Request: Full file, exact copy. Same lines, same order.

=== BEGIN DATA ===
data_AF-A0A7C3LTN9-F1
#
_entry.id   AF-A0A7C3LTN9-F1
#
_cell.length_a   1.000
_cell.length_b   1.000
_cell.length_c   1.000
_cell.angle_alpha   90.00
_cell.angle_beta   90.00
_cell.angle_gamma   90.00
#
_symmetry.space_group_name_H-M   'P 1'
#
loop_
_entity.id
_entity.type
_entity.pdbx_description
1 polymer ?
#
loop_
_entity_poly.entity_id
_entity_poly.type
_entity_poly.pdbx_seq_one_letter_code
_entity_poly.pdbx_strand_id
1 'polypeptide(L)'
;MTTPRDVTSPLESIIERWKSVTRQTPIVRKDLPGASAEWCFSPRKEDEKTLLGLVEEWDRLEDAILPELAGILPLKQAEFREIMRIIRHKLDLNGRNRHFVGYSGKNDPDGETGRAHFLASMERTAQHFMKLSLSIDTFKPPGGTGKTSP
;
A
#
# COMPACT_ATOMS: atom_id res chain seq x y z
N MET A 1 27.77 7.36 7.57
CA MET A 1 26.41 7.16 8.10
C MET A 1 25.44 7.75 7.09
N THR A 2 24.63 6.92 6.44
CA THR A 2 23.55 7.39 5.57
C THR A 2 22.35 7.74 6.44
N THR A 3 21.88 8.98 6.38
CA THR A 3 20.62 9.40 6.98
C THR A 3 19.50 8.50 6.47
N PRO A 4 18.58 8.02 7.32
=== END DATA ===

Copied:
data_AF-A0A7C3LTN9-F1
#
_entry.id   AF-A0A7C3LTN9-F1
#
_cell.length_a   1.000
_cell.length_b   1.000
_cell.length_c   1.000
_cell.angle_alpha   90.00
_cell.angle_beta   90.00
_cell.angle_gamma   90.00
#
_symmetry.space_group_name_H-M   'P 1'
#
loop_
_entity.id
_entity.type
_entity.pdbx_description
1 polymer ?
#
loop_
_entity_poly.entity_id
_entity_poly.type
_entity_poly.pdbx_seq_one_letter_code
_entity_poly.pdbx_strand_id
1 'polypeptide(L)'
;MTTPRDVTSPLESIIERWKSVTRQTPIVRKDLPGASAEWCFSPRKEDEKTLLGLVEEWDRLEDAILPELAGILPLKQAEFREIMRIIRHKLDLNGRNRHFVGYSGKNDPDGETGRAHFLASMERTAQHFMKLSLSIDTFKPPGGTGKTSP
;
A
#
# COMPACT_ATOMS: atom_id res chain seq x y z
N MET A 1 27.77 7.36 7.57
CA MET A 1 26.41 7.16 8.10
C MET A 1 25.44 7.75 7.09
N THR A 2 24.63 6.92 6.44
CA THR A 2 23.55 7.39 5.57
C THR A 2 22.35 7.74 6.44
N THR A 3 21.88 8.98 6.38
CA THR A 3 20.62 9.40 6.98
C THR A 3 19.50 8.50 6.47
N PRO A 4 18.58 8.02 7.32